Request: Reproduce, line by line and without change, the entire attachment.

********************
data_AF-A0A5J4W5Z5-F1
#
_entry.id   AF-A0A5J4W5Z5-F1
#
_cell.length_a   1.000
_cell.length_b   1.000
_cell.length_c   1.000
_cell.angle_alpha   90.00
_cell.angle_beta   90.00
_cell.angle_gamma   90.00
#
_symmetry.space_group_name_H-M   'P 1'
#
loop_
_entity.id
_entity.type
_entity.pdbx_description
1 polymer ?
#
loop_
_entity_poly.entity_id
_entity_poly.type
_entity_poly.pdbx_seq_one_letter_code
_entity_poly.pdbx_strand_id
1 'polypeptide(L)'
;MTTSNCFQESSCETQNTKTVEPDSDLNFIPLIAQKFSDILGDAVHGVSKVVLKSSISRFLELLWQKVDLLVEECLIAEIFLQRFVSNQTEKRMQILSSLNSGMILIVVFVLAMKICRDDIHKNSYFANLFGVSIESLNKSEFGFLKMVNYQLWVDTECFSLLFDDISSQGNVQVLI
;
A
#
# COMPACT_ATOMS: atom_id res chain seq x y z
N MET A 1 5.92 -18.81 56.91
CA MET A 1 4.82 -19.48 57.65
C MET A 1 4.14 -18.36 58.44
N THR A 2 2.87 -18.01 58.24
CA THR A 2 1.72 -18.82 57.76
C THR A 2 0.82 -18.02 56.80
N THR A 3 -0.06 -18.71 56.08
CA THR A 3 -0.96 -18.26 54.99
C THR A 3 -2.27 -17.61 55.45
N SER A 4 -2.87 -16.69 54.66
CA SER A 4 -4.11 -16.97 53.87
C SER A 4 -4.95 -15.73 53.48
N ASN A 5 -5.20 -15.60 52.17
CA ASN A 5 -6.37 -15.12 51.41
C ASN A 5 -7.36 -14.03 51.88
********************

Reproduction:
data_AF-A0A5J4W5Z5-F1
#
_entry.id   AF-A0A5J4W5Z5-F1
#
_cell.length_a   1.000
_cell.length_b   1.000
_cell.length_c   1.000
_cell.angle_alpha   90.00
_cell.angle_beta   90.00
_cell.angle_gamma   90.00
#
_symmetry.space_group_name_H-M   'P 1'
#
loop_
_entity.id
_entity.type
_entity.pdbx_description
1 polymer ?
#
loop_
_entity_poly.entity_id
_entity_poly.type
_entity_poly.pdbx_seq_one_letter_code
_entity_poly.pdbx_strand_id
1 'polypeptide(L)'
;MTTSNCFQESSCETQNTKTVEPDSDLNFIPLIAQKFSDILGDAVHGVSKVVLKSSISRFLELLWQKVDLLVEECLIAEIFLQRFVSNQTEKRMQILSSLNSGMILIVVFVLAMKICRDDIHKNSYFANLFGVSIESLNKSEFGFLKMVNYQLWVDTECFSLLFDDISSQGNVQVLI
;
A
#
# COMPACT_ATOMS: atom_id res chain seq x y z
N MET A 1 5.92 -18.81 56.91
CA MET A 1 4.82 -19.48 57.65
C MET A 1 4.14 -18.36 58.44
N THR A 2 2.87 -18.01 58.24
CA THR A 2 1.72 -18.82 57.76
C THR A 2 0.82 -18.02 56.80
N THR A 3 -0.06 -18.71 56.08
CA THR A 3 -0.96 -18.26 54.99
C THR A 3 -2.27 -17.61 55.45
N SER A 4 -2.87 -16.69 54.66
CA SER A 4 -4.11 -16.97 53.87
C SER A 4 -4.95 -15.73 53.48
N ASN A 5 -5.20 -15.60 52.17
CA ASN A 5 -6.37 -15.12 51.41
C ASN A 5 -7.36 -14.03 51.88